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Brain Res. 1999 Sep 11;841(1-2):11-9.

Effects of ammonia on the anaplerotic pathway and amino acid metabolism in the brain: an ex vivo 13C NMR spectroscopic study of rats after administering [2-13C]] glucose with or without ammonium acetate.

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  • 1Institute of Life Science, Soka University, Tokyo, Japan.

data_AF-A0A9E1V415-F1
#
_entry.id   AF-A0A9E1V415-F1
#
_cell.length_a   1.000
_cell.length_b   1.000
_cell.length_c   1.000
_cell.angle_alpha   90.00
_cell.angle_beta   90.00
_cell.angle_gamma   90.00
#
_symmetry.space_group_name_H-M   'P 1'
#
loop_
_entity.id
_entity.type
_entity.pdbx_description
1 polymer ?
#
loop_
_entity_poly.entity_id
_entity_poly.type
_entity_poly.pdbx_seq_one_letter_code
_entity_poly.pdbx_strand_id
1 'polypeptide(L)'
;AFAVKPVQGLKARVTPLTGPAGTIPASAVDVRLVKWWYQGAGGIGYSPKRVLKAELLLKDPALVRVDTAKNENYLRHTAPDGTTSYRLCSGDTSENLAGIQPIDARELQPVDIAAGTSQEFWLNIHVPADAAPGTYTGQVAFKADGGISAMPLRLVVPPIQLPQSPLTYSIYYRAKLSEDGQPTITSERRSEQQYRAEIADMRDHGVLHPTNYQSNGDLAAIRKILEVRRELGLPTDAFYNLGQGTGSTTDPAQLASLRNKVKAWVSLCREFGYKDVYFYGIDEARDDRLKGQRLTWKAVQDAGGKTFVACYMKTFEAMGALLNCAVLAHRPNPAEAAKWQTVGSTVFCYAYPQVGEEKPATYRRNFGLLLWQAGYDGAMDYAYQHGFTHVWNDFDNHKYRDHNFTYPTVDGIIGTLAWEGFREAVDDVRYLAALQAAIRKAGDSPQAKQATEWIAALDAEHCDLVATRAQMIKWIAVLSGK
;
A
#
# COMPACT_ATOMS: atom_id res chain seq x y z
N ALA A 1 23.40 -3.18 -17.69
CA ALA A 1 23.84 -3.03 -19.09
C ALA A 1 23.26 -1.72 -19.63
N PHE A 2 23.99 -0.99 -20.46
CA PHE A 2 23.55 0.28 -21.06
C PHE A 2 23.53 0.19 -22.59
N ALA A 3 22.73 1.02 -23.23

The 13C-label incorporation into glutamate, glutamine, aspartate and gamma-aminobutyric acid (GABA) from [2-13C] glucose was measured by 13C nuclear magnetic resonance (NMR) spectroscopy to directly examine the effects of ammonia on the activity of pyruvate carboxylase (i.e., the anaplerotic pathway) and the amino acid metabolism in the rat brain in vivo. Rats were sacrificed by exposure to microwaves at 7.5, 15, 30, and 60 min after an i.v. injection of [2-13C] glucose with or without ammonium acetate. After the injection of ammonium acetate, the brain contents of glutamate, aspartate and GABA had decreased, however, the percentage of 13C enrichment of C3 of glutamine, glutamate and GABA, and C2 and C3 of aspartate had increased. The 13C entered the TCA cycle via pyruvate carboxylase from [2-13C] glucose, labeling the C2 or C3 positions of aspartate, the C2 or C3 positions of glutamate and glutamine, and the C3 or C4 positions of GABA first and second turns of the tricarboxylic acid (TCA) cycle. The C4/C3 labeling ratio in GABA was lower than the analogous ratio in glutamate (C2/C3) and higher than that of glutamine (C2/C3). The order of these ratios (glutamate > GABA > glutamine) was not altered by the injection of ammonium acetate. These findings directly indicate that ammonia increases the anaplerotic pathway and that the 13C-skeletons entered glial glutamine through the anaplerotic pathway flow from glia to neuron. A fraction of the glutamine is used in the direct synthesis of GABA via glutamate, whereas the remaining fraction of glutamine passed through the neuronal TCA cycle before synthesizing GABA.

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